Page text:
What If/OG
What If | |
Contributors | Christian Kohls |
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Last modification | June 6, 2017 |
Source | Kohls (2016)^{[1]} |
Pattern formats | OPR Alexandrian |
Usability | |
Learning domain | |
Stakeholders |
Also Known As: Challenge Assumptions (Challenge Assumptions)
You are trying to solve a problem but under the given conditions there simply is no way out.
Very often we constrain ourselves, our problem space and our solution space by incorrect assumptions.
Habits and rules are often conditioned and not questioned. However, if we start with wrong assumptions, the solutions are often poorly constructed^{[2]}. We often derive rules and causalities that are wrong because our mind constructs patterns all the time. If our actions are based on the wrong rules we will come up with insufficient solutions. Many people consider challenges and situations as closed and constrained by rules instead of open solution spaces^{[3]}. Our culture has taught us to follow existing rules rather than question them. Many of the rules that we follow have been meaningful once but are now outdated since the environment has changed. Yet we still follow them because we are used to them. But if we follow established rules we may stick to the wrong approach without generating alternative thoughts.
Therefore, challenge existing assumptions and ask “What if…” questions.
- State your current goal
- List all assumptions that you currently hold about your problem and solution space. Run a Brainstorming (Brainstorming) session or create an Attribute List (Attribute List) to state the assumptions.
- Challenge each assumption by asking “What if...”, negate the assumption, exaggerate the assumption, state the opposite, etc.
- Discuss: what would be the consequences if the rule was not followed? How could this be achieved?
- See: Ignoring existing rules or get rid of wrong assumption will open new paths.
Examples
- What if…we had unlimited budgets?
- What if…we had a team of 100? …or a team of only 2?
- What if…a week had 12 days?
- What if…cash money would no longer exist?
- What if…humans could fly?
- What if…your product distributed for free? ...or each item costs a million dollar?
- What if…penguins were pets?
- What if…everyone could program?
- What if…your product would be ten times larger? …or 1000 times smaller?
- What if…there was only one language in the world?
- What if…no meeting lasts longer than five minutes?
- What if…you could read ten books every day?
- What if…there is no sales department anymore?
- What if…products were delivered before they are produced?
- What if…you had only a pen to develop a new product?
- What if…
Find yourself five more what if… questions that challenge existing assumptions!
One way to find to challenge your own assumptions is to follow the principle of counterinduction. While induction infers assumptions based on empirical events, a counterinduction is assuming exactly the opposite of a hypotheses or an observation^{[4]}. The method fosters progress by asking for alternative explanations. Even if we have working theory today, we may find a better one tomorrow. Such departure from obvious reasoning may not lead directly to new insights but it opens or mind for alternative reasoning, and may lead to indirect discoveries because it asks for new sense making. For example: Whenever I drop a penny it falls down. The inductive conclusion would be that the next time I drop the penny it also falls down. The counterinduction would be that the next time the penny will raise up or stay in the air. Now, under which conditions will the penny actually stay in air?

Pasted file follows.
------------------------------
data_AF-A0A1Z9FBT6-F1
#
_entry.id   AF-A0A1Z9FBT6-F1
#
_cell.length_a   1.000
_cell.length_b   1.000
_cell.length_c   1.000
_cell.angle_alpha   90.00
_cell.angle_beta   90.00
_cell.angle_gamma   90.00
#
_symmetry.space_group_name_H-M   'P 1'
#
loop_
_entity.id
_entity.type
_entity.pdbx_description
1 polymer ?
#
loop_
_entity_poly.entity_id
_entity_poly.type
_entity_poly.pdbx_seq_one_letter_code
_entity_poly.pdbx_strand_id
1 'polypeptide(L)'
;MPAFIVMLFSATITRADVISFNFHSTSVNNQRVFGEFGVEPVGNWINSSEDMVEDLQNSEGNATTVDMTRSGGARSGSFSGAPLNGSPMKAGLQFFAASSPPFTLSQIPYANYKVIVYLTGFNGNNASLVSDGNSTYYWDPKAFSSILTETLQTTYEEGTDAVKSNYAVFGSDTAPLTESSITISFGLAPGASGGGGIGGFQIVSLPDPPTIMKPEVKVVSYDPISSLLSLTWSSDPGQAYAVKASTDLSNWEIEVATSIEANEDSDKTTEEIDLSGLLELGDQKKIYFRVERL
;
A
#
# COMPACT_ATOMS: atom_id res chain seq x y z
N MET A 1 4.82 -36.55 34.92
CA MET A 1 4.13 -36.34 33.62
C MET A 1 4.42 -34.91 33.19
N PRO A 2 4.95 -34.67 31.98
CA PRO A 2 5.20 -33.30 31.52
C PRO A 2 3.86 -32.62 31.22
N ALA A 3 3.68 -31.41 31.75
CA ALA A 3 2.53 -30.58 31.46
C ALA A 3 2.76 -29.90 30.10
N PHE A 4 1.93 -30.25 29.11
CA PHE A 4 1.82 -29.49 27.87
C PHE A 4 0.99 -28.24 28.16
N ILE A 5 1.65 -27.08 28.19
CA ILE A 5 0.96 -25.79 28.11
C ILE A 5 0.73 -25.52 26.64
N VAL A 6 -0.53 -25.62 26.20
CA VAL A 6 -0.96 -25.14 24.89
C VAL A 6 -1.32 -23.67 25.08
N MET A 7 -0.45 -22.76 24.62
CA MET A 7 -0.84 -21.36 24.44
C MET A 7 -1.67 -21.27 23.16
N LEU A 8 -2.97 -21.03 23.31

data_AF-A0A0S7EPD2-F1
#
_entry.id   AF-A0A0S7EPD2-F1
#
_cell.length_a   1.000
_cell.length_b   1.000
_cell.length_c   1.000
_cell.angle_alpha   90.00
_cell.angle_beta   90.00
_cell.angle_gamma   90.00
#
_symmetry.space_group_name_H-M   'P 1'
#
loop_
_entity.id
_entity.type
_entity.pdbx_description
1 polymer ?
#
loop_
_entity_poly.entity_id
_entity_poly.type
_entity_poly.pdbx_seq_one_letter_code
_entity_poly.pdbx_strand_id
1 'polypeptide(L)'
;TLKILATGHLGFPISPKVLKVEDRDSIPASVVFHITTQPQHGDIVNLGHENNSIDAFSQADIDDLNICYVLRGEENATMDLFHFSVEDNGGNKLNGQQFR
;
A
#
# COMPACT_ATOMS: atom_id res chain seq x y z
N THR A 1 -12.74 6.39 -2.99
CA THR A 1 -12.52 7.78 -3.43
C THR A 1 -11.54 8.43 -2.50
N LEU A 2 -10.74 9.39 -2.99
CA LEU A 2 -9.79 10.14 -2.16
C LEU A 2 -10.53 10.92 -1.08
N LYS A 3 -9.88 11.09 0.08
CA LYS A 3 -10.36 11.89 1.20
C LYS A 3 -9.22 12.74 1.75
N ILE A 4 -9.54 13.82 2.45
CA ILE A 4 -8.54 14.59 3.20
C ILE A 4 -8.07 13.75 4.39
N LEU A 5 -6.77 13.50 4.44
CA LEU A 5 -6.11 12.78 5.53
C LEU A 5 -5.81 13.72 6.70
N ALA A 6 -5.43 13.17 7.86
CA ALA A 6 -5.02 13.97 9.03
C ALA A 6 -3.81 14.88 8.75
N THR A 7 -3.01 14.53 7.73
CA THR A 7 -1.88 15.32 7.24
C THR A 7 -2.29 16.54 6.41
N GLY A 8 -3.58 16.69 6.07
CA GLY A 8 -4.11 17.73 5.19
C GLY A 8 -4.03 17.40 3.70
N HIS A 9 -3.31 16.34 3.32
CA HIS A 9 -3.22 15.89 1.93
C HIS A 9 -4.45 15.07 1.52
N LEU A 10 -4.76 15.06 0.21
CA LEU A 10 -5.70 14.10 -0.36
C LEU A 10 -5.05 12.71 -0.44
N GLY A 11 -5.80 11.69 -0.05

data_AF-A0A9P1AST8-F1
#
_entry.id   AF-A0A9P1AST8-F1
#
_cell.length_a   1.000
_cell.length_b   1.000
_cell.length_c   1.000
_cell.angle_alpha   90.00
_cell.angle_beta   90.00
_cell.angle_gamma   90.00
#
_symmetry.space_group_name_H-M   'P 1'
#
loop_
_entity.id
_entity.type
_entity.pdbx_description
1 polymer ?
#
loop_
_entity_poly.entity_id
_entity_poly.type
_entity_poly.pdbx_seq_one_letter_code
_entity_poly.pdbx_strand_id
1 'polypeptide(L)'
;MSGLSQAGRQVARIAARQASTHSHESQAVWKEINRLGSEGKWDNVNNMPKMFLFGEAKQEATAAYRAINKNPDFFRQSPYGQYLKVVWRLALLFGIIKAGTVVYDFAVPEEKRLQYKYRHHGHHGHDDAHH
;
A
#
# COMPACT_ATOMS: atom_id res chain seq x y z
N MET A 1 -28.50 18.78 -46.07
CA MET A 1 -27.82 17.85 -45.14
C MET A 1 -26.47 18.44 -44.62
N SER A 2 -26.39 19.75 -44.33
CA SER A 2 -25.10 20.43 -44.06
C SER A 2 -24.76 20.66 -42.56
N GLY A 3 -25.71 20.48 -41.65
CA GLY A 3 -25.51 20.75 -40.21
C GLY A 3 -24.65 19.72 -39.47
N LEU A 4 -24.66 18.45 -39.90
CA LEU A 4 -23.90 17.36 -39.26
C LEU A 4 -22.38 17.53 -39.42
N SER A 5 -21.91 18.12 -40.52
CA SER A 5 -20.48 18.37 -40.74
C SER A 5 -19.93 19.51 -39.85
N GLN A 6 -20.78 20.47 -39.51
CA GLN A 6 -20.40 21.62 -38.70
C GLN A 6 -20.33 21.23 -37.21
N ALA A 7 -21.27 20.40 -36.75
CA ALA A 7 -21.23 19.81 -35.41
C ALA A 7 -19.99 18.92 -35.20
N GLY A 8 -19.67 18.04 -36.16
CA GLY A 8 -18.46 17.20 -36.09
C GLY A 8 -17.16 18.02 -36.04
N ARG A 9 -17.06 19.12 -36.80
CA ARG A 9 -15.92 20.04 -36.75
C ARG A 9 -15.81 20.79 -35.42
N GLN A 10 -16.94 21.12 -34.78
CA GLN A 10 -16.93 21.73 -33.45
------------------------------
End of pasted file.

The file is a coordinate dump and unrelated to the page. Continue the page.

Looking for the opposite of a fact or theory is already thought-provoking in itself. For example, what is the opposite of a frog? Is it a dead frog? Is it a stork? Is it a car? This example was inspired from discussions with Till Schümmer. At EuroPLoP 2015 we had a design workshop where we used pattern cards (pattern thumbnails) and deliberately inverted the patterns: one online community pattern is “Registration”. The inverse could be a community with “No registration” which leads to new requirements.
Such creation of non-logical assumptions and hypotheses will automatically force you to explore new options and new ways of thinking. Try to identify all the rules, theories, attitudes and assumptions that your action is based on. Challenge each single one by reversing it or stop applying it.
Digital tools that ask what if questions.
References
- ↑ Kohls, C. (2016). Creativity patterns: 5 Habits. In Proceedings of the 10th Travelling Conference on Pattern Languages of Programs (VikingPLoP 2016) (p. 9). New York:ACM.
- ↑ Michalko, M. (2006). Thinkertoys: A handbook of creative-thinking techniques. Berkeley, Calif: Ten Speed.
- ↑ Von Oech, R. (2008). A Whack on the Side of the Head: How to Unlock Your Mind for Innovation. New York, NY: Grand Central Publishing.
- ↑ Feyerabend, P. (1975). Against method: Outline of an anarchistic theory of knowledge. London: NLB.